4 Best Justifications To Include In A Rent Increase Letter

By on March 17, 2016

Some landlords welcome the thought of rent increase as the expiry of the existing lease agreement approaches. While others secretly loathe the sound of it even though renewal is more of a formality.

Because when it’s time to increase the rent, it often puts you in an awkward situation with a tenant you have always maintained a friendly relationship with. And because of the familiarity between you, something inside you does not 100% support a rental increase.

This is often due to:

  • You are afraid that you might be viewed as a greedy pig
  • You will not really incur substantial higher costs of owning the house
  • The tenant is not doing extremely well for himself financially
  • You are raising rents for the sake of industry practice
  • More miscellaneous stuff

If you are having these unhealthy thoughts in your head, do pinch yourself and acknowledge that you are into real estate for returns and retirement. You are not running a charitable organisation here.

And do you think the tenant will contemplate giving you an extra payment whenever he receives his annual bonus? Not in a million years.

So it is fully within your right to raise rent when the opportunity arises. You personal income is on the line here.

If the act of being a “bad” landlord does indeed disturb you, do the following to lighten the blow to your self-image.

Put it into the agreement

Include a term in the tenancy agreement that rental will increase a certain percentage (maybe 5%) each year. You can then include a clause within the term that you have the authority to waive or reduce the 5% should some standards are met. The standards will be determined by you.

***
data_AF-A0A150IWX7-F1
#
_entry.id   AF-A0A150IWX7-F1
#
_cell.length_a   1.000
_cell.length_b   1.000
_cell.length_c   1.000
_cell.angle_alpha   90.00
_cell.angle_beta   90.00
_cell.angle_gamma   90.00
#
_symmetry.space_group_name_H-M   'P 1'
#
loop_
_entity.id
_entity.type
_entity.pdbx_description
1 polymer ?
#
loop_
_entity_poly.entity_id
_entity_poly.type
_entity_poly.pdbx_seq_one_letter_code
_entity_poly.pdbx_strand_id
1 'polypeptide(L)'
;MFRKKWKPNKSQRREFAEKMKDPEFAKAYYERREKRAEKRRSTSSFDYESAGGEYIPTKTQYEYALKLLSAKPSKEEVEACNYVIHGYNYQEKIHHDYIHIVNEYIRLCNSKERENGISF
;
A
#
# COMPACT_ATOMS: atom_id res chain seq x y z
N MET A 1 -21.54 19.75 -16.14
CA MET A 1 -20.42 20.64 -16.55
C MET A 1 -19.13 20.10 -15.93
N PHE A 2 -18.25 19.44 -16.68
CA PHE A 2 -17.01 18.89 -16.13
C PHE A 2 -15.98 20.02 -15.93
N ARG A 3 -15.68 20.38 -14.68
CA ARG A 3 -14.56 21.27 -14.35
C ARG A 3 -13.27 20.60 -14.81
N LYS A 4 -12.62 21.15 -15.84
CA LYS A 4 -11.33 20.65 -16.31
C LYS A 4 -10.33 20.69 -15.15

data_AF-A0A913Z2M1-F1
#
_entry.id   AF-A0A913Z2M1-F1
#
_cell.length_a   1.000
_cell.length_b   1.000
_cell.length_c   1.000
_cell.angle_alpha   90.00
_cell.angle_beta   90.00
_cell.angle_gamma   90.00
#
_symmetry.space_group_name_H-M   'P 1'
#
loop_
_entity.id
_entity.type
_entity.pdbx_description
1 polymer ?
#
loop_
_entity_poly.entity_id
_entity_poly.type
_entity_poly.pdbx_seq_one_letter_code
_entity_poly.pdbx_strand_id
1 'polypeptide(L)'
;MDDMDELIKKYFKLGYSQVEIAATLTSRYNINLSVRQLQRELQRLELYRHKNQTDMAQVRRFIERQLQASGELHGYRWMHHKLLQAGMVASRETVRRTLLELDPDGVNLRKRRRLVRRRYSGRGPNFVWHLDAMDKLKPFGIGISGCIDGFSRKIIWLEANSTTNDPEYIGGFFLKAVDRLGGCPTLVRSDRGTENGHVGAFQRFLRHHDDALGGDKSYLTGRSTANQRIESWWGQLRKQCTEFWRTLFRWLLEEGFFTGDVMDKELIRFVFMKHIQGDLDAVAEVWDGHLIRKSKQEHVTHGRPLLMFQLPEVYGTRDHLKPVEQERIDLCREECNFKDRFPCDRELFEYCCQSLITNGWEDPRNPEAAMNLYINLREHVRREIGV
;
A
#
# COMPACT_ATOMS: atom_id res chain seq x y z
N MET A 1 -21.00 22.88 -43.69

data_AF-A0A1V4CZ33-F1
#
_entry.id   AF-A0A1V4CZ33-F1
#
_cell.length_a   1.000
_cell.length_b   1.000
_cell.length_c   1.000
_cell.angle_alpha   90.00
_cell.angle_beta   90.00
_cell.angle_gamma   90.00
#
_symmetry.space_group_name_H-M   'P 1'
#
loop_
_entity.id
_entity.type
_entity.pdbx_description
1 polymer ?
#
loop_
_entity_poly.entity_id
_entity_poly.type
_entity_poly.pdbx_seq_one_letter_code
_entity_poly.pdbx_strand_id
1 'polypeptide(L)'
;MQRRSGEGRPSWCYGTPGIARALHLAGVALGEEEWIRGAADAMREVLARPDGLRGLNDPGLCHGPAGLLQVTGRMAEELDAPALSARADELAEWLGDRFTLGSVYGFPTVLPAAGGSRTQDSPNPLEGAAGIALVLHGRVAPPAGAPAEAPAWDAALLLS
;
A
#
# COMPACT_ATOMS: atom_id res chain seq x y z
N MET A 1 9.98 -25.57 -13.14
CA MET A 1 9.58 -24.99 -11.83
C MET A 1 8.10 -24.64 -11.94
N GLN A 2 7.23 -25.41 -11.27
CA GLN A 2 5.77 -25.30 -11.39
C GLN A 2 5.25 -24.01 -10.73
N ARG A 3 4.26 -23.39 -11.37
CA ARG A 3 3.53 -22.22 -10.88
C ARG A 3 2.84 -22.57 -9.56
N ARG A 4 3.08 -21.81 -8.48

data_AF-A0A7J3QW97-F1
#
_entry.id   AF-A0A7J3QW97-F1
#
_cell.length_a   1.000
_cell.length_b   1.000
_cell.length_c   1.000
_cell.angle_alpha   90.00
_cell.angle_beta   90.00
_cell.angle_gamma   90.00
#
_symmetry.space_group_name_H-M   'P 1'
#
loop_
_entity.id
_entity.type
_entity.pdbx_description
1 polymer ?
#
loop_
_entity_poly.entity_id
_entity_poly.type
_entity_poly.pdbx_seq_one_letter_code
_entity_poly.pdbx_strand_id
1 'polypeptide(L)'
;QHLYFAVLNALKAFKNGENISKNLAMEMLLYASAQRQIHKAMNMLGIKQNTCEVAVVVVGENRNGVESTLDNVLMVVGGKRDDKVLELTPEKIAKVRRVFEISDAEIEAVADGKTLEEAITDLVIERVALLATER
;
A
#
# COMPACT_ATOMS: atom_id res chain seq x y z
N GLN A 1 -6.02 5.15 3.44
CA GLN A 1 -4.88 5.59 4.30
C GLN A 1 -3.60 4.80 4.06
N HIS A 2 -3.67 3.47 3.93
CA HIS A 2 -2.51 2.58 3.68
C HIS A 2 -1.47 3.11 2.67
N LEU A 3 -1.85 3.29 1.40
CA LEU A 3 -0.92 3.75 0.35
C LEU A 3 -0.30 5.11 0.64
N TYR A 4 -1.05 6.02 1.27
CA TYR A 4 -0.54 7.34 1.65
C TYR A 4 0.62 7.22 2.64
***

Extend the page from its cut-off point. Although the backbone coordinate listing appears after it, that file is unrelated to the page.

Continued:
By making rental increase a frequent event, you will face less resistance when making your move each time. On top of that, it makes your generosity to reduce or remove it a more powerful act of good will.

Send a notice

Very often it is not the prospect of rent increase that is shocking. It is the sudden timing of it that knocks the senses out of your tenants.

You can prevent this sudden blow by giving them a notice. Usually 60 to 90 days is more than sufficient to provide ample warning.

Be familiar with the law in your area

Certain territories have rent control laws that you might break for playing around with the numbers. Definitely get yourself acquainted with your local regulations before making your move.

The last thing you want is a tenant to counter-strike your rent increase letter with a letter from the authorities.

Find out the market rates

Being victimised can arouse very powerful feelings of resentment. And having to pay above what the market is paying can ignite that fire within a tenant.

So don’t make the grand mistake of quoting a premium price above what is available in the market. It would be a different story if you have an exclusive or premium property. But if your is just a typical fixer-upper, don’t attempt to bite off more than you can chew.

Now that you know the basic ways to prevent an angry confrontation with your tenants, let’s go into some of the reasons you can include in your letter template so as to justify an increase in rent.